Thursday, September 9, 2004

"Conventional Migraine" (Column)

Sometimes it really does go this wrong. I put this one in, because it has one of my favorite lines of all time - the Triumph of the Will one. It's also here because I wanted to admit that sometimes - by my own damn fault - that I'm caught flat-footed and have to fake it. (As my buddy Tony would say, "I'm dancing as fast as I can!") The editors at Planet accompanied this piece with my favorite picture of all time: Gov. Schwarzenegger, with the cutline: "Crush your enemies, see them driven before you, and hear the lamentations of the women." I nearly wept with joy when I saw it in print.

By the way, "the Beast" is my doberman/beagle, Adam, who has become one of my best friends over the years.

Well, damn. Deadline is upon me and I have nothing to write about. To be truthful, I do have something to write about, and that’s the problem. I actually had to get John Hicks, our fearless leader, to let me switch weeks this week so I could write about the Republican National Convention. I had every intention of writing a fair-and-balanced piece to go along with my previous DNC one. However, as luck would have it, that ain’t gonna happen.

First of all, there was ArtMix. Now simply put, I’d rather hang out with the folks who want to spend a Thursday night together enjoying the bounties of our dear arts community than sit at the TV and listen to The Great Pretender tell us why he’s the better choice for the job. So I thought, I’ll just tape it and watch it when I get home. Well, due to circumstances like The Beast attempting to eat the VCR that night and me being too stupid to 1) rewind the tape all the way and 2) notice that I had reset the damn thing from its 6-hour setting to its 2-hour setting, I unfortunately got about the first 15 minutes of the speech, and no mas. All of which allowed me to see pretty much nothing of interest, except for the delegates’ clear desire to stand and applaud even the most dynamic words, like “and” and “of.”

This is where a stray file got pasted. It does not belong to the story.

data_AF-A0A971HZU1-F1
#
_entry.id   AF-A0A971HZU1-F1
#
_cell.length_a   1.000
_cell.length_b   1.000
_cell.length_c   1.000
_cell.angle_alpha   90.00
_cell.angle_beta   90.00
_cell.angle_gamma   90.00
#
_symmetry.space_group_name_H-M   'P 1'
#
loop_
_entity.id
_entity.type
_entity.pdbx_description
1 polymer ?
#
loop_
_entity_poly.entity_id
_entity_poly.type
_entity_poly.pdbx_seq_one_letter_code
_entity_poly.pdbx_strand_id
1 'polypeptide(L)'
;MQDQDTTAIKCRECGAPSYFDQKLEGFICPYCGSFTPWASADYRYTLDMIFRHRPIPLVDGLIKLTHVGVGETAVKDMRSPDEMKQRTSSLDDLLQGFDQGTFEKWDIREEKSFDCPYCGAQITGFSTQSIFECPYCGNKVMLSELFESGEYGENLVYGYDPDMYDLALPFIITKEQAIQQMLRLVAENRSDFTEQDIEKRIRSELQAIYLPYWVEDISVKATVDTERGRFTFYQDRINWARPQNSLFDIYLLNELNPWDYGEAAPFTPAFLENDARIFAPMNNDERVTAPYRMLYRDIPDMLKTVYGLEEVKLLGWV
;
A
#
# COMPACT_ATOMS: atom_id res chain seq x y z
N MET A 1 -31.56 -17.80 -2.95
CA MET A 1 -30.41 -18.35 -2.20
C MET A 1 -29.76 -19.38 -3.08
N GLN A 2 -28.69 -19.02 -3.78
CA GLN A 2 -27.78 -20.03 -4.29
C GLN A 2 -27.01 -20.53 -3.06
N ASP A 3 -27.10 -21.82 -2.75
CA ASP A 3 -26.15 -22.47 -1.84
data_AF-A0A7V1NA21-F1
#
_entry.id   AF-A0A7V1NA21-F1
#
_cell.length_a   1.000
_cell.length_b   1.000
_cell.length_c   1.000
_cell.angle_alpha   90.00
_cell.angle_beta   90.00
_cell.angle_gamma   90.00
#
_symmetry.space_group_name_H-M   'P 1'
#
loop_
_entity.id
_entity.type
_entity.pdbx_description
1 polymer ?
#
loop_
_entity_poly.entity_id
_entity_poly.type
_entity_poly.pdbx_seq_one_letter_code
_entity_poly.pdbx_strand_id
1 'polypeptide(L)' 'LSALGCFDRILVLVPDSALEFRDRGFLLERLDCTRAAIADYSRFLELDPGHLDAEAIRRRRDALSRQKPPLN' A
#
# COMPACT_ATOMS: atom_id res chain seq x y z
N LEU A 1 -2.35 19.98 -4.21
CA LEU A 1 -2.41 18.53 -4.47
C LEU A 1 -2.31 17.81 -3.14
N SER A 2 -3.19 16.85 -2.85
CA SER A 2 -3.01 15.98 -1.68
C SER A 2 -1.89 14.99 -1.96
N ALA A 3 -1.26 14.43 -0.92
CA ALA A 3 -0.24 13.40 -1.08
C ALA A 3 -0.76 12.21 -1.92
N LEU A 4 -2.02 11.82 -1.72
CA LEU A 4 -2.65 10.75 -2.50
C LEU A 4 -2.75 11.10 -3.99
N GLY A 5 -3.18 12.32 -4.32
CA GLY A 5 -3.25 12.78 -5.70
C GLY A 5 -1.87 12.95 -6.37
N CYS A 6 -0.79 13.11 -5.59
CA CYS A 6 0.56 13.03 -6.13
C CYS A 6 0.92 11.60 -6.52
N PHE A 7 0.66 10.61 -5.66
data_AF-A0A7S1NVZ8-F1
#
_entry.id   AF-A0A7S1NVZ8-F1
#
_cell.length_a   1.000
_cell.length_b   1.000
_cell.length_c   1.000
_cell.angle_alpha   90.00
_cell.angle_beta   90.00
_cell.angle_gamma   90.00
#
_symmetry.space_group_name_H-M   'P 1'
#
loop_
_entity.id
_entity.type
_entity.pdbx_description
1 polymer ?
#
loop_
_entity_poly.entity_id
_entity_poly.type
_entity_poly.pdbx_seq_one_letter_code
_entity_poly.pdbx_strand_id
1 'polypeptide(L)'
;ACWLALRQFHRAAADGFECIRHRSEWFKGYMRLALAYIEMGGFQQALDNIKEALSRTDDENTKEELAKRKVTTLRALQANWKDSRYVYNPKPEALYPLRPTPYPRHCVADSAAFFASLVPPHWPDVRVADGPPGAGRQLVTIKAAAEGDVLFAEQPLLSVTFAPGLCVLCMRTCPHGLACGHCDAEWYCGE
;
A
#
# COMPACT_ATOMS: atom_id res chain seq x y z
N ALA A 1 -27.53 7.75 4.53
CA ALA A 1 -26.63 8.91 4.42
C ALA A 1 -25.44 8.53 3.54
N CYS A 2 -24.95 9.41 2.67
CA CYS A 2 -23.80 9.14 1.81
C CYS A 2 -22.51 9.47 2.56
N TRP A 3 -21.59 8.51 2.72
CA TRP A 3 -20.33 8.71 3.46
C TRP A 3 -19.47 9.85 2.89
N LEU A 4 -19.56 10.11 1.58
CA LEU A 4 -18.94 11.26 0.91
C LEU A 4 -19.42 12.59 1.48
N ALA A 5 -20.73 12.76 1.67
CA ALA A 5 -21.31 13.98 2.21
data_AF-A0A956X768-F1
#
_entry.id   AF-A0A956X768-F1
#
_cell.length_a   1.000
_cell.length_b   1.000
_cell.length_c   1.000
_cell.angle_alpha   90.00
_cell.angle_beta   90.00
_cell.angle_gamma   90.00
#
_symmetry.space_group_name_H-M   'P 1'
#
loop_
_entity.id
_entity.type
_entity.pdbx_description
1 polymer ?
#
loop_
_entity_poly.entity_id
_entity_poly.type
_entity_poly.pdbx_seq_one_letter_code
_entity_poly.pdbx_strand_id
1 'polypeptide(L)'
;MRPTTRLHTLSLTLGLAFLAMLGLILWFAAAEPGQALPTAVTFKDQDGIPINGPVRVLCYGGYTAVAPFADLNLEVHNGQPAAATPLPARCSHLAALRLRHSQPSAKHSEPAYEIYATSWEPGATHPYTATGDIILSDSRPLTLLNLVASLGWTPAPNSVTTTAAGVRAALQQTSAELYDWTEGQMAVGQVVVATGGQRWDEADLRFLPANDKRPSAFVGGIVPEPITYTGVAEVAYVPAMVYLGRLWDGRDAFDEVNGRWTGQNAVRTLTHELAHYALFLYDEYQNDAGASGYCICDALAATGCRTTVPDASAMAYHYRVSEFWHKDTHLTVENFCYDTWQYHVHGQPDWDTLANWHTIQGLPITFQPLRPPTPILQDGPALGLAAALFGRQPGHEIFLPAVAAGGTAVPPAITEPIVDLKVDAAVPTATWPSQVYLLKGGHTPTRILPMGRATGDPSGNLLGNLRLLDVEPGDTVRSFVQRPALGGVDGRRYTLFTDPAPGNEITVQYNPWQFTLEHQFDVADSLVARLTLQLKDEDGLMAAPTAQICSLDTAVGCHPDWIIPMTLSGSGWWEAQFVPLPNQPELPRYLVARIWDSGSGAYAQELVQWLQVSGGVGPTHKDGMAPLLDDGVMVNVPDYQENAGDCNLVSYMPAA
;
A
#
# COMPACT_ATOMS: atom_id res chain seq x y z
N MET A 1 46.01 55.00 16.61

Wednesday, September 1, 2004

David Cobb Interview (2004 Green Party Presidential Candidate)

If I'm being honest, this is probably my favorite interview of all time. One day I was off and got a phone call from Carey Miller, our editor-in-chief. He asked if I wanted to interview David Cobb, the Green candidate. I said I would. He asked if I could do it an hour and a half. I agreed to do it, did a fast bit of research and met Carey, Mr. Cobb, and Mr. Fleitas at a tiny old cafe on Farish Street in downtown Jackson. Planet Weekly had long given space to candidates of the smaller parties, and we had a longstanding relationship with the state's Greens. As such, I was lucky to already have a good background of Green politics and Mr. Cobb proved to be a very knowledgeable interviewee. I didn't go easy on him, which prompted an off-record interruption in the middle to ask how many words we were going to use. I told them we were going to do 1500 words in print and 2500 online (our issue was already planned - and this was a bonus we had to squeeze in there). When we were finished, Mr. Cobb thanked us and said he was used to getting a thorough interview in New England, or Washington State, or California, but not anyplace like Mississippi. I won't lie and say I voted for the man; in fact, I told him I wasn't going to. But I will say I understood him and think the world of him.

David Cobb is the Green Party candidate for President of the United States this year. Unlike four years ago, when Ralph Nader ran, Cobb’s candidacy has been below the radar, relying on the Greens’ own grassroots efforts and many stops around the country to get out his name. Cobb, a Houston native, knows he has no viable chance to win, but he stands tall in his belief that, though other parties might stop on November 2, he will continue to campaign – not so much for the possession of a single, vital office, but for increased numbers of extremely valuable members across the country.